According to the GII, China’s innovation strengths and improvements lie in its global R&D companies, hi-tech imports, the quality of its publications, and tertiary enrolment.

In absolute values, and in areas such as R&D expenditures and the number of researchers, patents, and publications, China is now 1st or 2nd in the world, with volumes that overshadow most high-income economies,” the report notes.

As a result of China’s phenomenal performance on the GII rankings over the last few years, it has been lauded as a model for how other low and middle-income economies can improve on their innovation capabilities, in spite of their level of income.

Low and middle-income countries do have a unique opportunity to take advantage of and benefit from innovation in China, and as a result, experience accelerated growth while investing far less than China. However, without certain factors in place, countries cannot realise the enormous potential gains from innovation.

For example, if a company invests in innovation but cannot import the equipment required to implement the innovation, returns will be low. In addition to this, companies investing in innovation, but with a scarcity of skilled workers to implement it, will have low returns. And, if a company invests in innovation but does not have adequate management capacity to take advantage of it, again returns will be low.

China had years of government-led industrial growth to build a steady stock of physical and human capital, before it began to expand its innovation. It is now reaping those rewards. If African countries wish to follow China’s rapid growth in innovation, a few critical areas need to be addressed:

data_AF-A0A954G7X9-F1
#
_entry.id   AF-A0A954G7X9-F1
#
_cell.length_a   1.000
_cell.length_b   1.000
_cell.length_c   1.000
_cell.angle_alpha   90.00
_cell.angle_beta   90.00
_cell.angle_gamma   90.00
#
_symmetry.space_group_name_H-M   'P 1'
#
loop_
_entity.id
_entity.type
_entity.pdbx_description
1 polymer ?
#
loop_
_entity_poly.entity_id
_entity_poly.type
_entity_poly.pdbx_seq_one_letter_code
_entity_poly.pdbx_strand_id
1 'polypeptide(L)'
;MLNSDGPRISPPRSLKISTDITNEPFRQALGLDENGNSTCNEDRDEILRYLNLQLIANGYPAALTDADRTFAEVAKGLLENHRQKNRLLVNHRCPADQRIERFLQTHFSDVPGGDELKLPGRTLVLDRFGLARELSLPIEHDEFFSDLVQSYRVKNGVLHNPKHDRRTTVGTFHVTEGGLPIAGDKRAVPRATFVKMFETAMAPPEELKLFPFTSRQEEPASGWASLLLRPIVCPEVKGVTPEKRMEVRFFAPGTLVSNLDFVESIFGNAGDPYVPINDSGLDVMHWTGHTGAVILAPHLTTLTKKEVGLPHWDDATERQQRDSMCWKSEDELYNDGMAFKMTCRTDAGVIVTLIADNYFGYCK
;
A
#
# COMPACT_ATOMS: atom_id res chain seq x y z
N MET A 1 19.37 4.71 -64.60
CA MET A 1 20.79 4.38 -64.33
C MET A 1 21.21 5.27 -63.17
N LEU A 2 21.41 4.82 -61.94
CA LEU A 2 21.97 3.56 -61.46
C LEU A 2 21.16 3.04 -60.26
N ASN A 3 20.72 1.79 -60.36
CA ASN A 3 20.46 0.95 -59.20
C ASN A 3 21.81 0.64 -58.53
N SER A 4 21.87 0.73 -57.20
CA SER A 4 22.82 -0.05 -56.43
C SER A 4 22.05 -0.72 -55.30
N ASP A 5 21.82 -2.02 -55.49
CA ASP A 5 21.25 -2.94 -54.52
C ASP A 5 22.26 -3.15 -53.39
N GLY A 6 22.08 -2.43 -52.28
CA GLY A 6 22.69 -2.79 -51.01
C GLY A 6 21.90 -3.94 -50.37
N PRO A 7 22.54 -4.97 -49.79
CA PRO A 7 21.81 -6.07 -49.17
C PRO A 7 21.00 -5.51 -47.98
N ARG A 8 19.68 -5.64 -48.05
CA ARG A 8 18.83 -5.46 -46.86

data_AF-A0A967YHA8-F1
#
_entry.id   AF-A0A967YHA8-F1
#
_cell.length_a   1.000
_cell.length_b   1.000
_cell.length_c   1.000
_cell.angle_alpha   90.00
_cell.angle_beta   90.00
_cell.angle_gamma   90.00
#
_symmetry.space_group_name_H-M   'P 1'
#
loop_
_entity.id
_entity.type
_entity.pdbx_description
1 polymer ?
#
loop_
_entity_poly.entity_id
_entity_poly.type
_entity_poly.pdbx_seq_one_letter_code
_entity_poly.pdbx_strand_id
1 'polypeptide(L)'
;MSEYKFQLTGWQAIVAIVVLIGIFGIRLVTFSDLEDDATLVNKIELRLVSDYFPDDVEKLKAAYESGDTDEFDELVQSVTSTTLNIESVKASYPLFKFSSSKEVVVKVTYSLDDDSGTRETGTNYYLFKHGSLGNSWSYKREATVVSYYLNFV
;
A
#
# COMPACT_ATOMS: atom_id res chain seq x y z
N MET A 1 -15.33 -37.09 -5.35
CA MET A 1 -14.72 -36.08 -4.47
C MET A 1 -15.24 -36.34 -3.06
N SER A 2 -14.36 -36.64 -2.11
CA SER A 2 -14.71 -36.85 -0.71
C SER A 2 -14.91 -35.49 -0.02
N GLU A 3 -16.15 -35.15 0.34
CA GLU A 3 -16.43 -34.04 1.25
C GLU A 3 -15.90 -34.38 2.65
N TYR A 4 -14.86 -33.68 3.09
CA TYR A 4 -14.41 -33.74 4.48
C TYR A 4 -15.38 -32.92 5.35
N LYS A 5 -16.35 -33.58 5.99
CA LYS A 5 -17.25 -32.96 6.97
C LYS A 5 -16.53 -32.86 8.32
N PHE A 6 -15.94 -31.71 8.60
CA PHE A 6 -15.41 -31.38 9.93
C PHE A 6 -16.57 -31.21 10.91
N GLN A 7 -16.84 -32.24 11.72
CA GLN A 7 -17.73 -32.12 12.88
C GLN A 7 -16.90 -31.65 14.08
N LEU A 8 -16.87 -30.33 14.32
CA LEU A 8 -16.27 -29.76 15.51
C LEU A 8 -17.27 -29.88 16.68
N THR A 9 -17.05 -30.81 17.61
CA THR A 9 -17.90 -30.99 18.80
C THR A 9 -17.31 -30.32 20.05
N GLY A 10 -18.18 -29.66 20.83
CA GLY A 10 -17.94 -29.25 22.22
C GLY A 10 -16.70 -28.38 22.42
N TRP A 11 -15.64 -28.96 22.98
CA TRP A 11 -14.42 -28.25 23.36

1. Policy and institutional improvements: Institutions can reduce transaction costs and uncertainty, influencing the propensity of companies to innovate. If enforcement of regulations is weak, and there is an absence of intellectual property rights, innovation is likely to be hindered.
  2. Regional integration: Due to their low level of savings, African countries must remove all non-tariff barriers which inhibit regional trade and investment, and slow down the formation of regional value chains.
  3. Human capital: Innovation is driven by people. Quality education and skills development is therefore critical. Governments, the private sector, academia and civil society need to work together to not only create an enabling environment for innovation, but one that ensures real results around innovation at scale.

The future of economic growth lies in the innovative capabilities and outputs of countries. Given Africa’s demographic profile, with the majority of its population under the age of 20 – the true adopters of technology – Africa is well positioned for innovative approaches and new technologies towards inclusive growth. But to achieve these ambitious goals there need to be innovative approaches to policy. DM

Liezl Rees heads the Centre for African Business (CAB) at the Johannesburg Business School (JBS), University of Johannesburg.